Many businesses have substantial investments in equipment that lacks the ability to connect to a LAN or WAN. That makes remote access difficult or even impossible, preventing data acquisition, fault reporting and diagnosis, or control from off-site. Replacement may appear the only solution. But, there is a far less expensive option: the serial device server
Much legacy hardware used in applications like retail, manufacturing, medical and security was built with a serial port. Protocols like RS-232, RS-422 and RS-485 let equipment send and receive data through this port but don't support network access. A serial device server overcomes this problem by providing bi-directional data transfer between Ethernet and the serial port.
The minimum feature set includes a nine-pin DB9 type connector that accepts a serial cable, an RJ45 socket for Ethernet and firmware to handle the data format conversion. This in-built firmware, which gives the device server a configurable IP address, must be easy to set up and use and should be capable of updates if needed. It also ensures the device software is independent of the employed operating system or any proprietary protocols.
For long life and high reliability, buyers should also look for metal enclosures and ESD protection. DIN rail mounts simplify installation and are either standard or available as kit, depending on the model purchased.
Serial device servers made by Antaira Technologies and SENA incorporate all these key characteristics. All work with RS-232, RS-422, and RS-485 protocols and provide multiple configuration methods such as a built-in web server, Telnet, serial console, or a Windows-based utility.
The STE-501C industrial device server provides one Ethernet and one serial port, allowing for network connection of a single device. The STE-502C has two serial ports and the STE-6104C-T-V2 has four serial and two Ethernet ports. Doubling up on Ethernet ports enables daisy-chaining or can provide for redundant network connections. And, it can simplify cabling when multiple pieces of equipment are co-located but distant from a data capture system or process controller.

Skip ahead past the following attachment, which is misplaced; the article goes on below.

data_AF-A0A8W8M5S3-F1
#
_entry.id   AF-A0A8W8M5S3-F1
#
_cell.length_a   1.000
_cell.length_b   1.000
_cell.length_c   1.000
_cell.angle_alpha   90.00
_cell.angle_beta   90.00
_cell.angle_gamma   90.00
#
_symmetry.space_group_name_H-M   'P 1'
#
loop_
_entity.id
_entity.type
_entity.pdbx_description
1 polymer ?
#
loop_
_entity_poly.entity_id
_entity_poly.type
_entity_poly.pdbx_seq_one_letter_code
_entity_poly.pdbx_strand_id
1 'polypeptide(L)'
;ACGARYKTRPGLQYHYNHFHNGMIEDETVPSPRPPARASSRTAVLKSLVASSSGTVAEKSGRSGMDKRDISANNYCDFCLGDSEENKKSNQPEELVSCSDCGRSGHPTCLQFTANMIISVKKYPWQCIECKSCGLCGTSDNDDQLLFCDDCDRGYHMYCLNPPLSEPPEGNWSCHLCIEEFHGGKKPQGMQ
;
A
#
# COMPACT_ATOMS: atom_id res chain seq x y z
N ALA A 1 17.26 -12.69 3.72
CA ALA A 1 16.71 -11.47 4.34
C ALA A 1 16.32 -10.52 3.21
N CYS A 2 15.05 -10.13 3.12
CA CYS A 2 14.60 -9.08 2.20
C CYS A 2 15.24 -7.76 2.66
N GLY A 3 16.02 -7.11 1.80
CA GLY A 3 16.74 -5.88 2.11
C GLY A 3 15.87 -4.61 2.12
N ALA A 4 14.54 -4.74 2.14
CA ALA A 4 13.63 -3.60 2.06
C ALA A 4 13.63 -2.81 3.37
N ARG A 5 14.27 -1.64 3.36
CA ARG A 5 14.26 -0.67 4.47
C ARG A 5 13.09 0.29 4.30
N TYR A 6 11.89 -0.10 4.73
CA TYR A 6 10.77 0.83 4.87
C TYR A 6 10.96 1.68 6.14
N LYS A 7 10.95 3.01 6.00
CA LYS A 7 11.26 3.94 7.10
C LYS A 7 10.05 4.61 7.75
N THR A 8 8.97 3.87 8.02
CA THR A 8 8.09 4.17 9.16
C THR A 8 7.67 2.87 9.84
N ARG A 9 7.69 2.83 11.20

When more serial connections are needed the rack-mount NP3008T and NP3016T accept eight and 16 respectively. (Buyers must specify whether they need RS-232 or RS-422/485.) Designed for use in existing instrumentation racks, they need a 100 to 240 VAC power supply. The other device servers take 9 – 30 VDC.
Ethernet connectivity is taken for granted in the latest generations of manufacturing, security, medical, and security equipment, but is usually absent from older hardware. That prevents users from reaping the benefits of remote access, like remote management and the ability to retrieve and share test and process data.
Legacy equipment does, however, include a serial port offering bi-directional communication over RS-232, RS-422, or RS-485. Linking this port to a serial device server lets this equipment go on a network where a unique IP address enables access from any number of locations.
For further information about connecting your serial port-based equipment to Ethernet, contact your networking specialists at Westward Sales.